Kurt's Historic Sites

Taft 1

Helen Taft

Interment LocationVisited 
Arlington, VAJune 11, 2004 

Photographed November 12, 2011.

Just north of the Military Women’s Memorial in Arlington National Cemetery, a brick walkway leads to the burial site of the first presidential couple interred on the grounds: William Howard Taft and Helen Herron Taft. Though the trees that surround her place of rest produce remarkable foliage in the fall, the plant life Mrs. Taft is best associated with are across the Potomac River. She and author Eliza Scidmore were primarily responsible for the planting of the national capital’s Japanese cherry blossoms. Typically 1.5 million people flood the Tidal Basin each spring when the trees are in bloom.

I did not see the Tafts during my first time in Arlington in summer 2003, but did pay my respects to them on my second journey there in June 2004. I have revisited them numerous times since.

Photographed June 11, 2004.
Photographed November 12, 2011.

Gold leaf paint makes the inscription on the reddish granite monument pop. Helen Taft commissioned sculptor James Earle Fraser to create the memorial. Made of granite from the Stony Creek village in Branford, Connecticut, it stands over 14 feet tall. The monument was finished in 1932, two years after William Howard Taft’s death. The project cost the Taft family a sum of $10,000.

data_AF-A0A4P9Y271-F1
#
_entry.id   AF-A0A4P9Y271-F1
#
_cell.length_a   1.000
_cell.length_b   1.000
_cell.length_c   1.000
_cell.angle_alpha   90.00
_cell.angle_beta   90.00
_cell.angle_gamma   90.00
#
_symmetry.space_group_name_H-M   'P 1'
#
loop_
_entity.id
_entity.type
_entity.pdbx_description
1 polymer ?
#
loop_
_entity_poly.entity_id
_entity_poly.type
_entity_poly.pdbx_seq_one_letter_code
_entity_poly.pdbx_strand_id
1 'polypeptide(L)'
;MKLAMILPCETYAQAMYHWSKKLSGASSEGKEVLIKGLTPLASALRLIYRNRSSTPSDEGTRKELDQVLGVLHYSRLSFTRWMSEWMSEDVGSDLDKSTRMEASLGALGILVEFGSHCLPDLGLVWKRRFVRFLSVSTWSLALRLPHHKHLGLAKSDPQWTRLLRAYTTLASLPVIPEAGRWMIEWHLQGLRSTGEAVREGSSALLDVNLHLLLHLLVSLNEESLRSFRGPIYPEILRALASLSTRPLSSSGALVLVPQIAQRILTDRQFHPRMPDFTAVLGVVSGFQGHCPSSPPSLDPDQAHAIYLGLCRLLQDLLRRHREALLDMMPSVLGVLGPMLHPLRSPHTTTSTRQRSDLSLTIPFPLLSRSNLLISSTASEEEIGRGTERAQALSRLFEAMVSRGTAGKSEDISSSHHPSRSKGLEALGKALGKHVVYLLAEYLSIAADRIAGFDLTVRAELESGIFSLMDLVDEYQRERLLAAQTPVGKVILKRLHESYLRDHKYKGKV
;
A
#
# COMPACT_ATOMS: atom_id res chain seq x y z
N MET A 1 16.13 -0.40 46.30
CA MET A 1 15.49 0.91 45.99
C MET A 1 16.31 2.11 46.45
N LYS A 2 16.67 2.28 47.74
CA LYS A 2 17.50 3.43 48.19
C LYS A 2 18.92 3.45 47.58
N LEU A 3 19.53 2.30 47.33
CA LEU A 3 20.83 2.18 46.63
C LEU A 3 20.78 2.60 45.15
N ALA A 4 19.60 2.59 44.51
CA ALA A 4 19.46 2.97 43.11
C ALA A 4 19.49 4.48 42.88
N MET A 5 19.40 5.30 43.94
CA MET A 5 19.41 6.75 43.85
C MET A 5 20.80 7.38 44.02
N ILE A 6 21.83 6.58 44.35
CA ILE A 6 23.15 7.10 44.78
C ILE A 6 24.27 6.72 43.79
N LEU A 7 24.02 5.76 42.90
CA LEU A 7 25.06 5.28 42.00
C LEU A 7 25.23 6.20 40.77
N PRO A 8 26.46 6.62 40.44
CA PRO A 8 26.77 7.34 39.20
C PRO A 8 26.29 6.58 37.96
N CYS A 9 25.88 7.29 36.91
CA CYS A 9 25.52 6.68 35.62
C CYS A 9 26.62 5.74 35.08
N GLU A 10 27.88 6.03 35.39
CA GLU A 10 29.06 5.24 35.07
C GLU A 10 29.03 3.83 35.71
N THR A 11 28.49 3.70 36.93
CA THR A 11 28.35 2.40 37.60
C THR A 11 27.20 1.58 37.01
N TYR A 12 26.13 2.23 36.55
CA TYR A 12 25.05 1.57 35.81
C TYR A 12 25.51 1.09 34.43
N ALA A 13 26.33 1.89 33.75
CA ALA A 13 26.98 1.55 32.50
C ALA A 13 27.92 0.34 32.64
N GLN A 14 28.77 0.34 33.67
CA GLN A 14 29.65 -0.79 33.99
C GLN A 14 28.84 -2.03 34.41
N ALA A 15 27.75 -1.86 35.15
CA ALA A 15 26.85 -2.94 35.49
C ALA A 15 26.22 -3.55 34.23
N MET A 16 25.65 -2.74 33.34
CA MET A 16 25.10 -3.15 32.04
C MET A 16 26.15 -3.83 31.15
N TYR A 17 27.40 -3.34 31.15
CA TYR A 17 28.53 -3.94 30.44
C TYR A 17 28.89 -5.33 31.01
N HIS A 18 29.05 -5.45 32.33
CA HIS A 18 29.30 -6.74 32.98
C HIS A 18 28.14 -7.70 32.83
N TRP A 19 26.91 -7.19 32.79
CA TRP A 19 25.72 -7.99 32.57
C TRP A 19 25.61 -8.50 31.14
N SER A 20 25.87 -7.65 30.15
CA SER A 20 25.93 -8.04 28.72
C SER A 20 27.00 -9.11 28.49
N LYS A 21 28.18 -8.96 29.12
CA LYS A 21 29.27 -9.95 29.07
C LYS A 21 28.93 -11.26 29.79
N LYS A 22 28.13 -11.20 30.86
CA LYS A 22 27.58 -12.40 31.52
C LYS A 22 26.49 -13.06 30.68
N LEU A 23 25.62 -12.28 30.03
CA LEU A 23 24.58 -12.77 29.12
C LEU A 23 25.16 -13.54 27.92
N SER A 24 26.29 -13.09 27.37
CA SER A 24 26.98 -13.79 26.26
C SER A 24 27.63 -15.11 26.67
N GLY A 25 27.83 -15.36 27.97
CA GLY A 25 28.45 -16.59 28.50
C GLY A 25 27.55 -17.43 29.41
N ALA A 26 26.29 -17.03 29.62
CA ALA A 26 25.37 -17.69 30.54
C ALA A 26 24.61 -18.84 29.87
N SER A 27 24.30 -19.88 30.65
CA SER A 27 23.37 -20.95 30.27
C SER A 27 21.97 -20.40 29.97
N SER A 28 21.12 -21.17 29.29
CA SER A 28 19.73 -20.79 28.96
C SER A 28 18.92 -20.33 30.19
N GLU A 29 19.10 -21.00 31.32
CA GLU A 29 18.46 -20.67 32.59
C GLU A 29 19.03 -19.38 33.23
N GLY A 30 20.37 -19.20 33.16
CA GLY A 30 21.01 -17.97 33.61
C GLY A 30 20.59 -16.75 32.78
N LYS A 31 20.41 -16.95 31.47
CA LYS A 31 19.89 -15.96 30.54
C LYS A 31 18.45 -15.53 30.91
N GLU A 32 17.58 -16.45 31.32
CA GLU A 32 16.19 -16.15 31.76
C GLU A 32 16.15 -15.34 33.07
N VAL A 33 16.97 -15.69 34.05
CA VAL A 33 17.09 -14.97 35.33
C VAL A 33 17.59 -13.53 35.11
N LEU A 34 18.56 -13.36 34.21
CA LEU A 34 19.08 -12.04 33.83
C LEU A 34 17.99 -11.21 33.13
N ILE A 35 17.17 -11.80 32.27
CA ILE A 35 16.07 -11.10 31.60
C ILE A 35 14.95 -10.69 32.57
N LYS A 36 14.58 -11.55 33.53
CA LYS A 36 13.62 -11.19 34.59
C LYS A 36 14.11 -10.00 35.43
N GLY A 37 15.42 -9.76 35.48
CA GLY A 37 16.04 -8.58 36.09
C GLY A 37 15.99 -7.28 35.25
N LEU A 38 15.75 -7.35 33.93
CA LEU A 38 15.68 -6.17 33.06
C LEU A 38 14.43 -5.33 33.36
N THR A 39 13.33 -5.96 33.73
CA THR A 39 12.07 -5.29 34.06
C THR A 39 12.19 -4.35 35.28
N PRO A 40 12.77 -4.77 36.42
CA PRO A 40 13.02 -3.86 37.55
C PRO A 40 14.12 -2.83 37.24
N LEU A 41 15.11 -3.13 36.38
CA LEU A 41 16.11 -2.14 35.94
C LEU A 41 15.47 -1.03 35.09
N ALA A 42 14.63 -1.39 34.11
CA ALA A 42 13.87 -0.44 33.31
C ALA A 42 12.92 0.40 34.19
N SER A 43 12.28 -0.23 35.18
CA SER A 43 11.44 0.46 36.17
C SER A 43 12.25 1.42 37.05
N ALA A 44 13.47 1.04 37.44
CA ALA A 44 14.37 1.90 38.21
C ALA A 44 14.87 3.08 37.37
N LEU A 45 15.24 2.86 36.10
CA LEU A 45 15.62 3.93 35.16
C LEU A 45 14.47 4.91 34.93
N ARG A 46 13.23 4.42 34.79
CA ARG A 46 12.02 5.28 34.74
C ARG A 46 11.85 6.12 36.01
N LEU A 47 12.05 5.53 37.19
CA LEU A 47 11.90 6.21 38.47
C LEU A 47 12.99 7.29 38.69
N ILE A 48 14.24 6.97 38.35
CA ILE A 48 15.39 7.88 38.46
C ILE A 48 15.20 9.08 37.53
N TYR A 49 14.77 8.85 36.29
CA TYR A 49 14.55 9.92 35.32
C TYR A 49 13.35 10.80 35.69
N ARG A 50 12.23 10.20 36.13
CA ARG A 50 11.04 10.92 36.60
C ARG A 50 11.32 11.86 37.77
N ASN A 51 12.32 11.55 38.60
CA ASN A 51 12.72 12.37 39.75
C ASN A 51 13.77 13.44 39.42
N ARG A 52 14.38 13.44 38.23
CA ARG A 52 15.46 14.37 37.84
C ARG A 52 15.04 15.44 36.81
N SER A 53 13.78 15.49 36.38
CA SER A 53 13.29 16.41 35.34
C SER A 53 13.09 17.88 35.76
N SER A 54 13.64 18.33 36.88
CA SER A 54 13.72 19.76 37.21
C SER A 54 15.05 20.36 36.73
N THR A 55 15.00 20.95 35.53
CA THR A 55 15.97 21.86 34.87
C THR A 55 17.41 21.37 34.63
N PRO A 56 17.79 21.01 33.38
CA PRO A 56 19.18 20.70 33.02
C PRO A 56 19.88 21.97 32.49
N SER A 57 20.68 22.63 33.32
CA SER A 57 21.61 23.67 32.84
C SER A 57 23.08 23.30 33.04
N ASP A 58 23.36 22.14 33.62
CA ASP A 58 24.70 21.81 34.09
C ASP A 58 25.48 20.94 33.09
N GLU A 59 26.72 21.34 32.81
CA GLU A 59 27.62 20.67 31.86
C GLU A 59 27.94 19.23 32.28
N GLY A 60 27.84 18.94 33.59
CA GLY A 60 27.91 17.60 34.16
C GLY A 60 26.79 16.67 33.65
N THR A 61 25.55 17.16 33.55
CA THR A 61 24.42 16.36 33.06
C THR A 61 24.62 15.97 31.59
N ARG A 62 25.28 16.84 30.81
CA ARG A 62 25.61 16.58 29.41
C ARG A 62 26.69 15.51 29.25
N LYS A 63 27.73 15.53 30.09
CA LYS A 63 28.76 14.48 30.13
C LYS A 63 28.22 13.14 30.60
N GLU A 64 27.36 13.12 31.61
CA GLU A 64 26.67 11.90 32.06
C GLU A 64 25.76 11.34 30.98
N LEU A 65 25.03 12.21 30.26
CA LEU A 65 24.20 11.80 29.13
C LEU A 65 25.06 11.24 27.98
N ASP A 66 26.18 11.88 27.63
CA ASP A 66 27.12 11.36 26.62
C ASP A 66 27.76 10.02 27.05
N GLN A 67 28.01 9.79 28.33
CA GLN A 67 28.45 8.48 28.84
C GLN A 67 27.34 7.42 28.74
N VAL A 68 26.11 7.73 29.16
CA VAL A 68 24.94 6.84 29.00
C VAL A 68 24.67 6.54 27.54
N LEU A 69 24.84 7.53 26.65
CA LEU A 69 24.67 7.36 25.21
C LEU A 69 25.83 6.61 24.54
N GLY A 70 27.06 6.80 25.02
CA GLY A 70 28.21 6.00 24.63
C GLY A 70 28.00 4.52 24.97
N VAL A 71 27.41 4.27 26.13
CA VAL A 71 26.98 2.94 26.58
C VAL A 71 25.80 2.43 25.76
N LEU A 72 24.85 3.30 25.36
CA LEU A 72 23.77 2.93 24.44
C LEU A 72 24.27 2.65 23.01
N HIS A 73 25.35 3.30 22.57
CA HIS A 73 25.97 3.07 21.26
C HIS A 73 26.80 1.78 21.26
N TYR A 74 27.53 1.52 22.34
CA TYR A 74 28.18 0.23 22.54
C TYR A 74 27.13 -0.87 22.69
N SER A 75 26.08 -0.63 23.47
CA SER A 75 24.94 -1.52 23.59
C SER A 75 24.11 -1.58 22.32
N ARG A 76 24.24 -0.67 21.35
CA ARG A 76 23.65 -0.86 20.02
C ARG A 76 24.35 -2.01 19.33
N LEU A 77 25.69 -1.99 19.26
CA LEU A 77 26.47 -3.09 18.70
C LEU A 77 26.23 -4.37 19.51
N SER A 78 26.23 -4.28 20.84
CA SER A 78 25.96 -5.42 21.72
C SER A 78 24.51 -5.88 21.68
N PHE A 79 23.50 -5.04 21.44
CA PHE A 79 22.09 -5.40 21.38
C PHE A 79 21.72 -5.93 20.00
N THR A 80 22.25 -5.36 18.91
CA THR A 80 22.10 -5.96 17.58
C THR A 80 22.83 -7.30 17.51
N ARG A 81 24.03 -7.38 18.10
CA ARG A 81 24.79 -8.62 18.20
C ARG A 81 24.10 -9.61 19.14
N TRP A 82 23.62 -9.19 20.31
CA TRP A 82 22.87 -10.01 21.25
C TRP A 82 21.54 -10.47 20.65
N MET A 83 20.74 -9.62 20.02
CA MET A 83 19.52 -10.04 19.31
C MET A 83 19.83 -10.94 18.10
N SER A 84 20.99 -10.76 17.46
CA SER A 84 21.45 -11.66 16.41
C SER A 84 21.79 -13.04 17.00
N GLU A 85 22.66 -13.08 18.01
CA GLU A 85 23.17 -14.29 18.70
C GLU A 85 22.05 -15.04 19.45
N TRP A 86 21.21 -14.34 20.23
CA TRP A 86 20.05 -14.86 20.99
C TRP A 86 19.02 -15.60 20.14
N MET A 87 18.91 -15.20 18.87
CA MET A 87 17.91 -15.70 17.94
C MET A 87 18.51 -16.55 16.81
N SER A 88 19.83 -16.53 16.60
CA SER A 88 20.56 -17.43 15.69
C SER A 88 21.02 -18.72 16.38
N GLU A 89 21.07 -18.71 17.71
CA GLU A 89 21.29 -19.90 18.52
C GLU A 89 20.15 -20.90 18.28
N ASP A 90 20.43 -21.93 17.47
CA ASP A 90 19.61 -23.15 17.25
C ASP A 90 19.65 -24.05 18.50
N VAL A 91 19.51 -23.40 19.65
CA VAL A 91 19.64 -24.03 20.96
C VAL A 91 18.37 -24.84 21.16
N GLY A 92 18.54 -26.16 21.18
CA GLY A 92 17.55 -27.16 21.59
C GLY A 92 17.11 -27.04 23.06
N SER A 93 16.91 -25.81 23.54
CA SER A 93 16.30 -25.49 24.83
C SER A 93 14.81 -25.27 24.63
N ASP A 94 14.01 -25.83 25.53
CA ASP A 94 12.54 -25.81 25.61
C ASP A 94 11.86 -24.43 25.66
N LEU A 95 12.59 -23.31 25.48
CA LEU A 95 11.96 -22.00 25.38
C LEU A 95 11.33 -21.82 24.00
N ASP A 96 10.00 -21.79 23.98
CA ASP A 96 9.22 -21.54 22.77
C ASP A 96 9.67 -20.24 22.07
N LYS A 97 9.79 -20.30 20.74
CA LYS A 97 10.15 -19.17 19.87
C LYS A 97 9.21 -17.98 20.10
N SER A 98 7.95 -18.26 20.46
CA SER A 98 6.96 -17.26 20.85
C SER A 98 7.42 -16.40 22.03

Taft’s small, rectangular gravestone is inscribed with her initials, H.H.T. Likewise, her husband’s initials — W.H.T. — mark his precise burial site in the plot.

Photographed November 12, 2011.

Fast Facts

Born: June 2, 1861 in Cincinnati, Ohio

Spouse: William Howard Taft (m. 1886-1930)

First Lady Tenure: 1909-1913

Died: May 22, 1943 in Washington, D.C.

Age: 81

Interment: Arlington National Cemetery, Arlington, Virginia

Sources Consulted

Arlington National Cemetery. “Presidential William Howard Taft Memorial Grave.” Accessed April 25, 2022. https://www.arlingtoncemetery.mil/Explore/Monuments-and-Memorials/President-William-H-Taft-Gravesite.

Samenow, Jason. “Can you safely visit the cherry blossoms amid the coronavirus crisis?” Washington Post. March 18, 2020. https://www.washingtonpost.com/weather/2020/03/18/cherry-blossoms-coronavirus/.

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